- The Internal Revenue Service increased the amount individuals can contribute to their 401(k) plans for 2022, the agency announced Nov. 4. Individuals may now contribute a maximum of $20,500 — a $1,000 increase from the 2020 and 2021 cap.
- The IRS also increased income ranges that determine eligibility to make deductible contributions to IRAs, to contribute to Roth IRAs and to claim the Saver's Credit.
- The limit on yearly contributions to IRAs remains at $6,000, the IRS said.
Employers are demonstrating an increased interest in the financial health of their workers. But the push for employees to contribute to their retirement savings has been difficult, and the pandemic didn't change that.
In July, a group of household names including Chipotle, Chobani, Prudential Financial and Verizon joined an initiative led by Just Capital and Paypal that seeks to make worker financial well-being a stronger priority among executives and investors. The groups' interests appear to mirror those of employers at large; in 2020, a Bank of America report found that nearly two-thirds of employers said they feel "extremely" responsible for workers' finances.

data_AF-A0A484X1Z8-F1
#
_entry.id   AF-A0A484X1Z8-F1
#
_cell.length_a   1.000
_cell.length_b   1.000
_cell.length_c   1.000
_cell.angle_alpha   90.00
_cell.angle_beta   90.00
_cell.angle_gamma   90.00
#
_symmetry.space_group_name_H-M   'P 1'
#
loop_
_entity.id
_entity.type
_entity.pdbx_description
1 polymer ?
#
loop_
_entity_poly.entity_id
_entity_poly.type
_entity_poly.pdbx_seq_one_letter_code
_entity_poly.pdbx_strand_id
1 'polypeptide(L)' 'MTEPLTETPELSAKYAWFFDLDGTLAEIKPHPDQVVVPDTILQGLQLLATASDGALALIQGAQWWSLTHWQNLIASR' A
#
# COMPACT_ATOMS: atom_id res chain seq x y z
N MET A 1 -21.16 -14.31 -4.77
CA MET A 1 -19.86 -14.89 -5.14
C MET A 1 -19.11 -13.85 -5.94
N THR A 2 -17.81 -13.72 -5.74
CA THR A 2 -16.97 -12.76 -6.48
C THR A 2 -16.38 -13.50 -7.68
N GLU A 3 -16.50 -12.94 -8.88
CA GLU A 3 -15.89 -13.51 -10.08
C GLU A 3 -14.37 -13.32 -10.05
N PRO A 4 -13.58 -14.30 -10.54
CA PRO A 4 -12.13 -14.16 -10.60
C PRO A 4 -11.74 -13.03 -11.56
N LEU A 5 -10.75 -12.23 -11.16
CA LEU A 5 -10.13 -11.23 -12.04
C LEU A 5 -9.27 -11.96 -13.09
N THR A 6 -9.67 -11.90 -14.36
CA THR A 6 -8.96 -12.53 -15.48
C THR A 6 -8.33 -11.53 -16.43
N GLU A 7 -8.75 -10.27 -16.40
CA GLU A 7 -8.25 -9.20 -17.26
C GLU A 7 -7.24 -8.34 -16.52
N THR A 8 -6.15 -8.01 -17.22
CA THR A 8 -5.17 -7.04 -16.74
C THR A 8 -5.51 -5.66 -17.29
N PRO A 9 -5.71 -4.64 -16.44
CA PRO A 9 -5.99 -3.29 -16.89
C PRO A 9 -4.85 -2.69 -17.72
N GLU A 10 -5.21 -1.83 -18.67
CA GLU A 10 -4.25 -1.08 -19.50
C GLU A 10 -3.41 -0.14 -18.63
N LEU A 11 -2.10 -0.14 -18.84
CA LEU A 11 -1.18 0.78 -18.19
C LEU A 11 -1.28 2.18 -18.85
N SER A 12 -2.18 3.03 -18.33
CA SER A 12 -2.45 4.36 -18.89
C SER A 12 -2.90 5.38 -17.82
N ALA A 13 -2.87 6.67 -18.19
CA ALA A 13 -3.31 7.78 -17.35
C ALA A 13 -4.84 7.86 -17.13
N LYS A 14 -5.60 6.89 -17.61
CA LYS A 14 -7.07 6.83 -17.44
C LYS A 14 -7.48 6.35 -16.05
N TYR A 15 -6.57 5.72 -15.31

Employers' concerns aren't unfounded. A 2020 survey from Betterment for Business found that a third of millennials and Gen Zers had made an early withdrawal from their retirement accounts. Nearly a quarter said they have used retirement money for expenses like travel and leisure activities.
Employers intent on providing employees the opportunity to better their money management should examine their current finance-related benefits and consider adding new ones, two benefits professionals wrote in an HR Dive opinion. The authors also highlighted the importance of communication; "messaging that's tailored to specific employee segments will gain the most traction," they wrote.